I've noticed that in comments, when you create `code region` with backticks, the backslash will still work as an escape character within that region (but it should not, IMHO).

To clarify:

  • In comments, `\\` will be rendered as \, but it should be rendered as \\
  • In the post body itself, `\\` will be rendered as \\ (i.e., correctly)

This is especially confusing when you enter regular expressions into a comment, since backslash-escaping is very common there, and confusion increases if you are dealing with a regex that is double-escaped for representation in a string.

At some point you lose track how many backslashes you must make so the comment renders correctly, or you don't notice fast enough (or at all) and the comment contains wrong code where the same markup in a question or answer would come out as perfectly correct.

It's just that comments can't be corrected anymore after the grace period, leaving you with the choice of either deleting the comment, thus crippling the conversation, or engaging in a trial-and-error game of writing another comment with even more backslashes to explain the issue.

My question is two-fold:

  • Will this error be corrected? If yes, existing comments should probably be searched and "fixed" by a routine that tries to do the right thing (this is probably somewhere between hard and impossible)
  • Or, can I rest assured that never ever the behavior of the backslash in comments is going to be changed, so I can start working around this issue by hand, knowing that they won't start displaying incorrectly at some point in the future?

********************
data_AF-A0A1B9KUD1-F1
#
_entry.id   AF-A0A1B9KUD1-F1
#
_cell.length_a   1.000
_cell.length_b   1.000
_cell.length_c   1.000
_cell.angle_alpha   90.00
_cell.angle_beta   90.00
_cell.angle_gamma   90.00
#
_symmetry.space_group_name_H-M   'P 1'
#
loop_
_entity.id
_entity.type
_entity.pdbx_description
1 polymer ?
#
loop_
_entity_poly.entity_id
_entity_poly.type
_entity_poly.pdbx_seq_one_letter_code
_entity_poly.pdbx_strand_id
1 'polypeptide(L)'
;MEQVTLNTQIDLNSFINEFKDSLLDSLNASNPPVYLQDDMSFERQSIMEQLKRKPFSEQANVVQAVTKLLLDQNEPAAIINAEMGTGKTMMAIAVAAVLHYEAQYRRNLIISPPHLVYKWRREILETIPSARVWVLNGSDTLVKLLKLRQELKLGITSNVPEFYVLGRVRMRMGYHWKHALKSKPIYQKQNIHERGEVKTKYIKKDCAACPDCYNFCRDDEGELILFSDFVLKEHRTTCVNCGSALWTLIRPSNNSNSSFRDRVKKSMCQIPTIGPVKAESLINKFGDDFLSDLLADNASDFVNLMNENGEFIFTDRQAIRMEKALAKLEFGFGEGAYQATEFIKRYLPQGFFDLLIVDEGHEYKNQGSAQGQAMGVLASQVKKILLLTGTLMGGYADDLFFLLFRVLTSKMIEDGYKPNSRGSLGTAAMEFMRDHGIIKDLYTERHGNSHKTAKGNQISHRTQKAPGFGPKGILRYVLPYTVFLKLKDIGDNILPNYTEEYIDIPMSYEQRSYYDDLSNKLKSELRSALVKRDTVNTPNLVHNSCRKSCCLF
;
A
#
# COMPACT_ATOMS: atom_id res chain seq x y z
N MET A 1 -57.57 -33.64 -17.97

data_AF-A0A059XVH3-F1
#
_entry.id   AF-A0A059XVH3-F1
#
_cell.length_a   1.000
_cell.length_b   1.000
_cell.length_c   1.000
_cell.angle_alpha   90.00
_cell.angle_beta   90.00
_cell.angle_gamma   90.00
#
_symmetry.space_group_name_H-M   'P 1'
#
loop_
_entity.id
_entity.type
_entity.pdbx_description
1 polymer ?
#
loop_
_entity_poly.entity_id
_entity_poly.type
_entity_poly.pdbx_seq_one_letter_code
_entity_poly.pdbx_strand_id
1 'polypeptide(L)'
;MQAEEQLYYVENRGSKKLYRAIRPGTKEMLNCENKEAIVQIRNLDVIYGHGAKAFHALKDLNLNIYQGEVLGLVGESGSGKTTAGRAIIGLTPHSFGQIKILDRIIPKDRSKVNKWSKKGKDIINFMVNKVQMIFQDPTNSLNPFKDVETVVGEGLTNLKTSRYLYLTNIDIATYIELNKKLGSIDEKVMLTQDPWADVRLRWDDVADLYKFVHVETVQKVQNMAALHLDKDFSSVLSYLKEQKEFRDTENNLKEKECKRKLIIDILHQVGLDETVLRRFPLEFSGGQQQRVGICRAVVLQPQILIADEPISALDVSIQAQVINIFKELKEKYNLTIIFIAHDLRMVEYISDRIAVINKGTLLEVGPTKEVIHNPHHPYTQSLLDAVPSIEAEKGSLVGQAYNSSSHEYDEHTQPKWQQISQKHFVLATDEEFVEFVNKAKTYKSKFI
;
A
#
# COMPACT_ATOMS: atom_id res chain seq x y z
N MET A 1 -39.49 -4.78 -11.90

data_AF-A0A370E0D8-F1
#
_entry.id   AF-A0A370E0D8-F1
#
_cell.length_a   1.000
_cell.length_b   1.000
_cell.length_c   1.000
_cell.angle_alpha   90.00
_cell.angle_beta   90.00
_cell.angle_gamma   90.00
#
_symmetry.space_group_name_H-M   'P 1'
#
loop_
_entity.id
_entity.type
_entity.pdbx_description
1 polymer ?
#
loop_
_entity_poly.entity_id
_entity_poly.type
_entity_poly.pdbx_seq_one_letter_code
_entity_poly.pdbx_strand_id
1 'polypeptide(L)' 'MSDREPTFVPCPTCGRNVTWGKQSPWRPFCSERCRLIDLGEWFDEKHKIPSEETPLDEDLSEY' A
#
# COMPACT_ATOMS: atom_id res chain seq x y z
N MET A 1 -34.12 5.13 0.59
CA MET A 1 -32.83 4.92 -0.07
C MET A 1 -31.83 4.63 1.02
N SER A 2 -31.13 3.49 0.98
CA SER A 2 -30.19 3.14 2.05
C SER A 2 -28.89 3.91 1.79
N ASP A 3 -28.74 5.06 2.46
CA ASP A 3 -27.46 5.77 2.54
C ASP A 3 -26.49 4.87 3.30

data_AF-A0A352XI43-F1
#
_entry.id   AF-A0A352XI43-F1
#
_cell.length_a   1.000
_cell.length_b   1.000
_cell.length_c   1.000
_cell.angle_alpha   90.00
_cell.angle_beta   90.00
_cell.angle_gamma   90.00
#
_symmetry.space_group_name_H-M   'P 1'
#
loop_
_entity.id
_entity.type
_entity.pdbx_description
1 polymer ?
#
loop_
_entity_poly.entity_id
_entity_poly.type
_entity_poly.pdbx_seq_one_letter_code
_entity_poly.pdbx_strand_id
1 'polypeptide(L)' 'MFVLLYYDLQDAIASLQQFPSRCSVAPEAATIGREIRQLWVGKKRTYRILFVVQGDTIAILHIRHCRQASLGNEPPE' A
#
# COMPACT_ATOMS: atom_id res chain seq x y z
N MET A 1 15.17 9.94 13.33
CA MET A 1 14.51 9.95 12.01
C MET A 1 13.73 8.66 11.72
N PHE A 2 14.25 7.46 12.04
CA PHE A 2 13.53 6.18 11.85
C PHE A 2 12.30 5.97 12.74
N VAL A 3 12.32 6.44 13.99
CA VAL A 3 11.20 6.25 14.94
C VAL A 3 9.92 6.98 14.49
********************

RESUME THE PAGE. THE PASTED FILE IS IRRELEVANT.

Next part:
• "confusion increases if you are dealing with a regex that is double-escaped for representation in a string." You think that's bad, Java REQUIRES you to do that due to not having a literal string thingy (like C# has).
    – Powerlord
    Commented Feb 1, 2011 at 20:30
  • @RBemrose ...which was exactly my point.
    – Tomalak
    Commented Feb 1, 2011 at 22:30
  • 2
    it is improved now, but note that the backslash-backtick (escaped backtick) is the lone exception, eg, ` Commented Feb 14, 2011 at 2:10

3 Answers 3


All backslash escaping is disabled in code regions with the exception of


This will always be considered an escape of the backtick itself, for now, even within a code block.

  • Thanks, that's great news! One question remains - how are the existing comments handled?
    – Tomalak
    Commented Feb 14, 2011 at 8:31
  • Wow, that's good. Now I'll have to try and make the tex.sx users aware of this, and rewrite my explanations about inline code in comments. Commented Feb 14, 2011 at 11:15
  • @hendrik there is still, as you noted, the issue with code blocks which end in backslash. We will also support the double-backtick method for this, and @balpha will check that in this week sometime. See: meta.stackoverflow.com/questions/78499/… Commented Feb 14, 2011 at 21:05
  • Yes, I've seen that it's "status-planned". Great! Have you seen my recent bug report about wrong rendering of old comments due to the recent change of backslash escaping? Hope it's OK pointing you there via this comment. Commented Feb 14, 2011 at 21:09